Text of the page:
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Great Expectations | Study Guide

Charles Dickens

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Chapters 57–58

Course Hero Literature Instructor Russell Jaffe provides an in-depth summary and analysis of Chapters 57–58 of Charles Dickens's novel Great Expectations.

Great Expectations | Chapters 57–58 | Summary



Chapter 57

Pip reveals he has accrued large debts. Also Pip becomes so ill that he is unable to leave his bed. Officials visit him there and inform Pip that he is being arrested because of his debts. However, realizing that Pip cannot be moved, they delay arresting him. Pip falls into a feverish delirium, during which he often sees the face of Joe. Pip then gains enough consciousness to realize that Joe has indeed been nursing him during his illness. Overwhelmed by guilt, Pip asks Joe not to be so good to him. Joe seems overjoyed that Pip's fever has broken. Joe continues to nurse Pip as he gradually gains strength.

During Pip's recovery Joe informs Pip of Miss Havisham's death. The recluse left most of her wealth to Estella but also left 4,000 pounds to Mr. Matthew Pocket. Pip is pleased to hear this. Then Joe relates how Orlick and some of his friends broke into Pumblechook's shop and harassed the seed merchant. Orlick has been arrested.

As Pip becomes stronger, he notices Joe becoming uneasy with him. At times Joe even refers to Pip as "sir." Pip has refrained from telling Joe about his debts and how he no longer has a fortune. He resolves to reveal all to Joe. However, the next morning Pip sees a note from Joe stating that he doesn't want to intrude on Pip now that his friend is well. Pip sees a receipt for his debts and realizes that Joe has paid them. Pip decides to go to Joe's forge, where he will apologize to Joe for the way he has treated him. Then Pip plans to ask Biddy to marry him.

Chapter 58

Pip goes to his hometown and stays at the Blue Boar, where the employees have heard of Pip's reversal of fortune. The next morning Pip walks to Satis House and learns that the building and its furniture are to be auctioned. Pip eats breakfast at the Blue Boar with Pumblechook hovering nearby and showing false sympathy for Pip's financial decline. Unable to take any more, Pip shows how annoyed he is at Pumblechook's attitude. As a result Pumblechook accuses Pip of being ungrateful about Pumblechook's role in securing Pip's fortune.

Pip heads for Joe's forge with the noble intention of asking Biddy to marry him. However, he soon notices that the forge is closed and the entrance to Joe's house is decorated with flowers. Then Joe and Biddy appear arm in arm and are ecstatic to see Pip. Joe and Biddy have just been married. Pip is delighted by this news and relieved that he didn't tell Joe about his intention to marry Biddy. Pip wishes the couple well and asks for their forgiveness concerning the way he treated them. Joe says there is no cause to offer forgiveness but does so anyway. Biddy does the same. Pip eats a meal with his two friends and then says goodbye. Pip sells all his belongings and uses the proceeds to pay back the money Joe supplied for Pip's debts.

Pip goes to work for Herbert's company, Clarriker and Co. Soon Clara's father dies, allowing Clara and Herbert to marry. After many years Pip becomes a third partner at Clarriker. Eventually the senior partner tells Herbert about Pip's role in securing Herbert's partnership. This news amazes and moves Herbert. The three partners of Clarriker and Co. have moderate success with their business.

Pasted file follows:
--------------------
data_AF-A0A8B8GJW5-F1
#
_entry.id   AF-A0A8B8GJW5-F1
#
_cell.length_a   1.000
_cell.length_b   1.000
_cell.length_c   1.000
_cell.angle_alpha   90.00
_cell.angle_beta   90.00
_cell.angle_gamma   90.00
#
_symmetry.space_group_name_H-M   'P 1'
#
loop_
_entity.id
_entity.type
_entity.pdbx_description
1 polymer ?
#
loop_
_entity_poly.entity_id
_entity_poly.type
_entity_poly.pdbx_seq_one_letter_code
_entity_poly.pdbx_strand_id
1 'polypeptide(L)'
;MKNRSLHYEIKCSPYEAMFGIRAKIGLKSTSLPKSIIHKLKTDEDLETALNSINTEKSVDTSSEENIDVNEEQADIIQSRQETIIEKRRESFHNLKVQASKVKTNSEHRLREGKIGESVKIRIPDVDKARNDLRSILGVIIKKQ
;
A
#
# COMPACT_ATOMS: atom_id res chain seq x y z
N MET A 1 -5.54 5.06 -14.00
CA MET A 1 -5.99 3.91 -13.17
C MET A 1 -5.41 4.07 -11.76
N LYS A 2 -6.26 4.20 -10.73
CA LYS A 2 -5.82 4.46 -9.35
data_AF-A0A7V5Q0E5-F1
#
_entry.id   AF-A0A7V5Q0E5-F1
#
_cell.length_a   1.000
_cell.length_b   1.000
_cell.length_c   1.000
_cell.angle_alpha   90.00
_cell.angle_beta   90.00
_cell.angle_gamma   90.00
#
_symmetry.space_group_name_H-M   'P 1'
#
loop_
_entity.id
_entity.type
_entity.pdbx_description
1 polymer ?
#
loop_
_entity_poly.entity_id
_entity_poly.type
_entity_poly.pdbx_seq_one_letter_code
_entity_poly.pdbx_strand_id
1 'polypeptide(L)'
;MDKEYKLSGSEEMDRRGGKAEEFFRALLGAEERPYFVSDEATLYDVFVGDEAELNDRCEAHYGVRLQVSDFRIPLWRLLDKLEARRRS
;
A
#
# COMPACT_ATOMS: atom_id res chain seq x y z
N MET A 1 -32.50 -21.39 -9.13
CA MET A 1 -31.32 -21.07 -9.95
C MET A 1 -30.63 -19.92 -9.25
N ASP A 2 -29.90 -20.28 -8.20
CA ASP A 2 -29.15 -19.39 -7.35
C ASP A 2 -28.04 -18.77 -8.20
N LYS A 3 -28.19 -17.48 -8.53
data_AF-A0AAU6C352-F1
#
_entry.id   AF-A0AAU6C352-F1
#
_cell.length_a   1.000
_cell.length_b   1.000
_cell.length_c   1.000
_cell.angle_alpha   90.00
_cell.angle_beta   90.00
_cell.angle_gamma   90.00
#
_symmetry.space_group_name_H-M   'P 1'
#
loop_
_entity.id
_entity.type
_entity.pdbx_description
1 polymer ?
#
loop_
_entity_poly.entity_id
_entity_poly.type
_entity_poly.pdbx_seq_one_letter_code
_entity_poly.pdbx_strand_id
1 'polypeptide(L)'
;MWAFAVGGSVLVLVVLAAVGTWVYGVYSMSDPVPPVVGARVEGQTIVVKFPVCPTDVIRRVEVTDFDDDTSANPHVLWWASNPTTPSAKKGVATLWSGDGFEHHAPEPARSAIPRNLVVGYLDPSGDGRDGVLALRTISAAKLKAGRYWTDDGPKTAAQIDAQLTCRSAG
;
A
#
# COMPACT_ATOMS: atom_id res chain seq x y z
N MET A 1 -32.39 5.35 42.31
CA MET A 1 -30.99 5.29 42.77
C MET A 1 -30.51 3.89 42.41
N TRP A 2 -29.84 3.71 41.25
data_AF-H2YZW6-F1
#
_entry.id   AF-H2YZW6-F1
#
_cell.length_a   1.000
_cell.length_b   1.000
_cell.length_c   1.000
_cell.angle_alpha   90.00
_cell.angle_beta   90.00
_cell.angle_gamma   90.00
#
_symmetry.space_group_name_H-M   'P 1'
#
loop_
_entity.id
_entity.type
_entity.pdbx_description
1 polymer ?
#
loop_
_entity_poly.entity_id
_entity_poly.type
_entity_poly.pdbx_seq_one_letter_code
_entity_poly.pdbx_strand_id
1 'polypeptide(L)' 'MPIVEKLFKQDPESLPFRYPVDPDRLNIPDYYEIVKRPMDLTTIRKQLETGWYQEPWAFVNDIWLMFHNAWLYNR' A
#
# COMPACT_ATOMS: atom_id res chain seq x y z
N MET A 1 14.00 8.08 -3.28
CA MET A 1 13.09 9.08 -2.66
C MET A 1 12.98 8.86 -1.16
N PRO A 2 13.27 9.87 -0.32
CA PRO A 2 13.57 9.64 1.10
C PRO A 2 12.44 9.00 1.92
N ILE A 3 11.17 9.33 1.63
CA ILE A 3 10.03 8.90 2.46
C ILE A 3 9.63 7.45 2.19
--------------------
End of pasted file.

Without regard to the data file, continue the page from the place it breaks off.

In Chapters 57 and 58 the theme of guilt and redemption take center stage. Pip feels guilty when he realizes Joe has been nursing him. After the way he has treated Joe, Pip doesn't feel he deserves Joe's kindness. Pip exclaims to Joe, "Tell me of my ingratitude. Don't be so good to me!" Later as Pip grows stronger, he senses that Joe is less easy with him and realizes the cause. After Pip came into his expectations he treated Joe as someone to be ashamed of. Because of this, Pip now feels ashamed of his actions.

In an attempt to redeem himself, Pip plans to marry Biddy. Still affected by a sense of superiority about being a gentleman, Pip assumes that Biddy, being from a lower class, would be overjoyed to accept Pip's proposal. However, when Pip arrives at Joe's forge, he realizes that Joe and Biddy have just gotten married. Pip apparently faints from the shock of this realization. After recovering his wits, Pip gains redemption by being emotionally honest with Joe and Biddy and asking them for their forgiveness. After this Pip attains a different type of redemption by working hard at his job for Clarriker and Co. Pip gains self-respect by earning his money instead of having it given to him. Also he forms an even stronger bond with Herbert and his wife, Clara.

Dickens conveys the theme of social class and ambition by showing how Pumblechook and the people at the Blue Boar treat Pip differently when they learn of his financial decline. The author shows that Pumblechook's and the Blue Boar's high regard for Pip was based solely on their personal ambition of gaining something from him. When his fortunes decline, their attitude toward Pip makes an about-face. They now treat Pip coldly and with disdain. Thus for Dickens, many members of the middle class put on airs to curry favor with the upper class. However, some members of the middle class, such as Joe and Biddy, remain constant and true to themselves, even when dealing with a person from the upper class.

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